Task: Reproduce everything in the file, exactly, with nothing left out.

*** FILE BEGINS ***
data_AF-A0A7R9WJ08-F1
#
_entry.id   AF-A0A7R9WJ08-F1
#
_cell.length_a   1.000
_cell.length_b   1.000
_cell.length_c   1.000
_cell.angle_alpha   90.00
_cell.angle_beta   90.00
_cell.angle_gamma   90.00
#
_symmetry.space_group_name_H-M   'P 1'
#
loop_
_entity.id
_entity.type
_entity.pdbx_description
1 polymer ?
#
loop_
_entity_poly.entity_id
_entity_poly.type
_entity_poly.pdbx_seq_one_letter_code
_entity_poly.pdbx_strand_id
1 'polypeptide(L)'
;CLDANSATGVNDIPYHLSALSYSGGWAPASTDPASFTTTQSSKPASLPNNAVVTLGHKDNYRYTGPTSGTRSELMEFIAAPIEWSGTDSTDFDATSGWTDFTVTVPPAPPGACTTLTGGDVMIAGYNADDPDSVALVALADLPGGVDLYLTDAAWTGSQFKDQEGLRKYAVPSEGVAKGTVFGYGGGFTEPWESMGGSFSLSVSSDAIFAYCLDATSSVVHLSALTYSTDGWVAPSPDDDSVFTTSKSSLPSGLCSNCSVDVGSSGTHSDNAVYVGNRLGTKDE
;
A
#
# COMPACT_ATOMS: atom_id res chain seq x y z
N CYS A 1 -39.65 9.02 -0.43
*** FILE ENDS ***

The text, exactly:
data_AF-A0A7R9WJ08-F1
#
_entry.id   AF-A0A7R9WJ08-F1
#
_cell.length_a   1.000
_cell.length_b   1.000
_cell.length_c   1.000
_cell.angle_alpha   90.00
_cell.angle_beta   90.00
_cell.angle_gamma   90.00
#
_symmetry.space_group_name_H-M   'P 1'
#
loop_
_entity.id
_entity.type
_entity.pdbx_description
1 polymer ?
#
loop_
_entity_poly.entity_id
_entity_poly.type
_entity_poly.pdbx_seq_one_letter_code
_entity_poly.pdbx_strand_id
1 'polypeptide(L)'
;CLDANSATGVNDIPYHLSALSYSGGWAPASTDPASFTTTQSSKPASLPNNAVVTLGHKDNYRYTGPTSGTRSELMEFIAAPIEWSGTDSTDFDATSGWTDFTVTVPPAPPGACTTLTGGDVMIAGYNADDPDSVALVALADLPGGVDLYLTDAAWTGSQFKDQEGLRKYAVPSEGVAKGTVFGYGGGFTEPWESMGGSFSLSVSSDAIFAYCLDATSSVVHLSALTYSTDGWVAPSPDDDSVFTTSKSSLPSGLCSNCSVDVGSSGTHSDNAVYVGNRLGTKDE
;
A
#
# COMPACT_ATOMS: atom_id res chain seq x y z
N CYS A 1 -39.65 9.02 -0.43